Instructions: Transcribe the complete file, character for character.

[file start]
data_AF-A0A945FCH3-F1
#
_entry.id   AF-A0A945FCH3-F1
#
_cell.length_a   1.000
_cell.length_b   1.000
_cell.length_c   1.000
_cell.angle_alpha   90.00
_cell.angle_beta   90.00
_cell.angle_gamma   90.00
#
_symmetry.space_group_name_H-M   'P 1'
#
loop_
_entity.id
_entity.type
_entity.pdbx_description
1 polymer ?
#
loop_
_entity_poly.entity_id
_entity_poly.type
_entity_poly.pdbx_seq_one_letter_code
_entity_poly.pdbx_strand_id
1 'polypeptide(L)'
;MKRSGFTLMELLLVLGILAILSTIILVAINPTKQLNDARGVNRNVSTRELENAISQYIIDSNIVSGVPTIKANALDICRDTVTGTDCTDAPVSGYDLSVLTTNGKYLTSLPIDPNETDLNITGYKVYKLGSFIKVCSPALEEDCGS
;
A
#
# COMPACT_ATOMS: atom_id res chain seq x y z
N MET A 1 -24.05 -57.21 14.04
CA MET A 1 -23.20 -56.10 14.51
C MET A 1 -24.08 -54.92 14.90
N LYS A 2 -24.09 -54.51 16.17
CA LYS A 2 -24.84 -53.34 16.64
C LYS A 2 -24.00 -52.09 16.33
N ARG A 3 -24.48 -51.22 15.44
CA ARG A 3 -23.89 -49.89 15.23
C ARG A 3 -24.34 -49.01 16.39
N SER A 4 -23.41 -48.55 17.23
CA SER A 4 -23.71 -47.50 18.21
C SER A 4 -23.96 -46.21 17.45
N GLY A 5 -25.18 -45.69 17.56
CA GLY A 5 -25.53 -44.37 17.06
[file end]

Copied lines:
data_AF-A0A945FCH3-F1
#
_entry.id   AF-A0A945FCH3-F1
#
_cell.length_a   1.000
_cell.length_b   1.000
_cell.length_c   1.000
_cell.angle_alpha   90.00
_cell.angle_beta   90.00
_cell.angle_gamma   90.00
#
_symmetry.space_group_name_H-M   'P 1'
#
loop_
_entity.id
_entity.type
_entity.pdbx_description
1 polymer ?
#
loop_
_entity_poly.entity_id
_entity_poly.type
_entity_poly.pdbx_seq_one_letter_code
_entity_poly.pdbx_strand_id
1 'polypeptide(L)'
;MKRSGFTLMELLLVLGILAILSTIILVAINPTKQLNDARGVNRNVSTRELENAISQYIIDSNIVSGVPTIKANALDICRDTVTGTDCTDAPVSGYDLSVLTTNGKYLTSLPIDPNETDLNITGYKVYKLGSFIKVCSPALEEDCGS
;
A
#
# COMPACT_ATOMS: atom_id res chain seq x y z
N MET A 1 -24.05 -57.21 14.04
CA MET A 1 -23.20 -56.10 14.51
C MET A 1 -24.08 -54.92 14.90
N LYS A 2 -24.09 -54.51 16.17
CA LYS A 2 -24.84 -53.34 16.64
C LYS A 2 -24.00 -52.09 16.33
N ARG A 3 -24.48 -51.22 15.44
CA ARG A 3 -23.89 -49.89 15.23
C ARG A 3 -24.34 -49.01 16.39
N SER A 4 -23.41 -48.55 17.23
CA SER A 4 -23.71 -47.50 18.21
C SER A 4 -23.96 -46.21 17.45
N GLY A 5 -25.18 -45.69 17.56
CA GLY A 5 -25.53 -44.37 17.06